The glazed extension roof market certainly isn’t what it used to be. Years and years of research and development, changing consumer demand and the basic need for things to be better have taken us to where we are now. A plethora of solid roof products, highly energy efficient glass roofs, even electrochromic glass roofs that give the home owner true solar control of their roof.

But what about the humble polycarbonate roof? The material most commonly associated with the conservatory roof. Does it serve a purpose in a much changed industry? Are it’s days numbered?

Common problems

The problems with the polycarbonate roofed conservatories are very well known. Too hot in the summer, too cold in the Winter. Too much glare to feel comfortable on the eye. Far too loud in the rain, even if it’s only light rain. A pain in the backside to clean. Generally cheap and tacky looking. There is a menu of reasons as to why the polycarbonate roof is a much detested product.

Glass and solid roofs combat all of these issues, and is exactly the reason why they have become so popular. Many home owners now choose to upgrade their roofs only, leaving their existing frames in place, in favour of now mostly solid roofs.

But is there still a place for the polycarbonate roof in a much changed glazed extension market?

Existing niches

The polycarbonate roof isn’t perhaps as dead and buried as some would think. There are a couple of areas of the market where it is required, although they’re not the most glamorous ends of the market.

When it comes to insurance claims, polycarbonate does quite well. More often than not, in my experience at least, when home owners claim on their house insurance for damage to their conservatory roof, it tends to be a polycarbonate roof. It’s easily damaged and nowhere near as strong as their glass and solid roof counterparts. We have replaced a number of polycarbonate roof sheets in the past and present through insurance claim on a like-for-like basis. Whilst this continues, polycarbonate will continue to be purchased.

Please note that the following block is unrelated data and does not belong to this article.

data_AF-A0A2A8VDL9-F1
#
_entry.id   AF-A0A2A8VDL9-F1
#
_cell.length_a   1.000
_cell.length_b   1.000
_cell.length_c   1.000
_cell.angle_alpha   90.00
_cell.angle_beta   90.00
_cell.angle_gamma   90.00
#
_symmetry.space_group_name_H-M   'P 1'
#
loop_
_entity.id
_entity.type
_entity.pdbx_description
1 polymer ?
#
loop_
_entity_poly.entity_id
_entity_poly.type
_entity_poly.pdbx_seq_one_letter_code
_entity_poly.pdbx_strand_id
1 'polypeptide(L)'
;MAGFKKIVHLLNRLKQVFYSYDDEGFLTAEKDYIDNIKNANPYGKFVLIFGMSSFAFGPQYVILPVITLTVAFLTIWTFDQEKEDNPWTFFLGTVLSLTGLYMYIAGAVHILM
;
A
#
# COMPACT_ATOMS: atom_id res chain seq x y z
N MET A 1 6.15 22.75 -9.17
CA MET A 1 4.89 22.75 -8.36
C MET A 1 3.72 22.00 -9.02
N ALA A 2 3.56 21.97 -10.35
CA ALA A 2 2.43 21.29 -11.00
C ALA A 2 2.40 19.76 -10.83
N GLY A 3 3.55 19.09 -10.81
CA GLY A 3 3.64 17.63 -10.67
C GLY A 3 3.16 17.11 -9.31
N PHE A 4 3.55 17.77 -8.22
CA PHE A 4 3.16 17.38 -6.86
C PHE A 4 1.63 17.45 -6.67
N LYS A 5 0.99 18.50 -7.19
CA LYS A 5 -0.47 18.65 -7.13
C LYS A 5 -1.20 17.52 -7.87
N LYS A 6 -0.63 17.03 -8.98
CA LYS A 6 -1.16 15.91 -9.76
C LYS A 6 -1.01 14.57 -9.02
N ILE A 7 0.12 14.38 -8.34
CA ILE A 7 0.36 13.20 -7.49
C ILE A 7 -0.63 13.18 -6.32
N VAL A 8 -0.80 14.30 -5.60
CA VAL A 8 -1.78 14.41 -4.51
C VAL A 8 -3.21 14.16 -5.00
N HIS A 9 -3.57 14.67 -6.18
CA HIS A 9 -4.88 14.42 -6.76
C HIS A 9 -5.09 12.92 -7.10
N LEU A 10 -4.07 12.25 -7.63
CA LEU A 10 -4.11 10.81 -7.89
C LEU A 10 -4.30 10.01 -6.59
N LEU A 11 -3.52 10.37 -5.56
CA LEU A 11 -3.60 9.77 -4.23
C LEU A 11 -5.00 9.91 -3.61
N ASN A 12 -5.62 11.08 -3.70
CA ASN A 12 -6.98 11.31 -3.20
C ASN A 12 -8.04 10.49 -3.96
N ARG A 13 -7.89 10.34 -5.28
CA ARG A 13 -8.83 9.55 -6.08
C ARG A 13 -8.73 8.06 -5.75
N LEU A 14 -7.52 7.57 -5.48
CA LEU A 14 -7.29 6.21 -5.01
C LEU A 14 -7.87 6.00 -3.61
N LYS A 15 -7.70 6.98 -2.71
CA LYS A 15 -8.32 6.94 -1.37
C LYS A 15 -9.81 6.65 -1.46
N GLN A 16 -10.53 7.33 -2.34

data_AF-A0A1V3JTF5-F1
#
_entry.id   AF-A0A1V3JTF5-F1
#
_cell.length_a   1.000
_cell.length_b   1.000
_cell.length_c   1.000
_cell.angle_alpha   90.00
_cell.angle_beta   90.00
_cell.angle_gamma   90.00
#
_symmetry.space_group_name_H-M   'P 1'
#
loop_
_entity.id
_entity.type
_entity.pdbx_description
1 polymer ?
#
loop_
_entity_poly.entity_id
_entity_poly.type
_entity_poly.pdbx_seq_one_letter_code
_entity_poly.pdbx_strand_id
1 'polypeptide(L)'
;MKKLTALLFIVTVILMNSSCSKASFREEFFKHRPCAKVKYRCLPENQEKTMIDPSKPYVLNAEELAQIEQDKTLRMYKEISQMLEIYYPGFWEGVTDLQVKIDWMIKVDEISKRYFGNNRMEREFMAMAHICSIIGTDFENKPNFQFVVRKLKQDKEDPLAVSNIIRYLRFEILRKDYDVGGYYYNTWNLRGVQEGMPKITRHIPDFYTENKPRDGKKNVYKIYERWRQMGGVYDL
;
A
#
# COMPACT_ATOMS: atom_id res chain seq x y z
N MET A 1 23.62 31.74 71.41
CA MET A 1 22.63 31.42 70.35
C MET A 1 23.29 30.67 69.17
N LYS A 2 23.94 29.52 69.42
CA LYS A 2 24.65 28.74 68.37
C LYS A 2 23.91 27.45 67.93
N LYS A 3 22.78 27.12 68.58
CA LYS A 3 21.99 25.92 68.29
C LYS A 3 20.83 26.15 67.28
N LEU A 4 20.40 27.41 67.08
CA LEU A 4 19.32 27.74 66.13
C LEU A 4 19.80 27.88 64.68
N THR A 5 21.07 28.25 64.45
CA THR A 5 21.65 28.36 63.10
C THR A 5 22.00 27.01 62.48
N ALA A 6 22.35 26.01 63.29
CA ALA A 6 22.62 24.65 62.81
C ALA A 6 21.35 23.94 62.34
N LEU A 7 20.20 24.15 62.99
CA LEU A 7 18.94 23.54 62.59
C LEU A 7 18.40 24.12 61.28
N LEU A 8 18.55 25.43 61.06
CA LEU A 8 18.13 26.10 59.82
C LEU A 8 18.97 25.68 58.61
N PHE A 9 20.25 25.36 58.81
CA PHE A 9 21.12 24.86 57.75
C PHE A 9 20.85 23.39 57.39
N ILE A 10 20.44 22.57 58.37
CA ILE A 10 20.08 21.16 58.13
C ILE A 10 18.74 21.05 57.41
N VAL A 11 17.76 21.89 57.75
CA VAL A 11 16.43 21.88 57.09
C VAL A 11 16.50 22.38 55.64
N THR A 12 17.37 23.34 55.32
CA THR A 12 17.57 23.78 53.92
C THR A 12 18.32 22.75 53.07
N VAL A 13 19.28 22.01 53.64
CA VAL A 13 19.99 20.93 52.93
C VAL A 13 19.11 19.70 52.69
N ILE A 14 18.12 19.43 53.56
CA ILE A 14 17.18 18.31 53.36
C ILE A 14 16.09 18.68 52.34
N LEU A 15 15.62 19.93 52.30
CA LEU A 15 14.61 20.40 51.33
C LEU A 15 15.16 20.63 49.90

The other area where polycarbonate retains some market strength is at the very low end or “value” part of the market. As nice as it would be to think that all home owners could afford to go down the glass or solid roof route, this isn’t always the case. And whilst polycarbonate remains the cheapest roofing material, home owners looking for a budget conservatory will continue to pick it over glass and solid roofs.

Could it ever die out?

I suspect that rather than die out completely, the polycarbonate roof market will gradually decrease in size over time. Whilst there are polycarbonate roofs out there for repair, whilst the the budgets for some home owners remain low, polycarbonate will be bought.

Over time though, as more and more glass and solid roofs are fit, the long term effects will mean less and less polycarbonate will be required. It’s a shrinking market out there, but the key will be for proactive companies to make the most out of what is left in the market, steal some of that market share and make the most of the time that the product has left.

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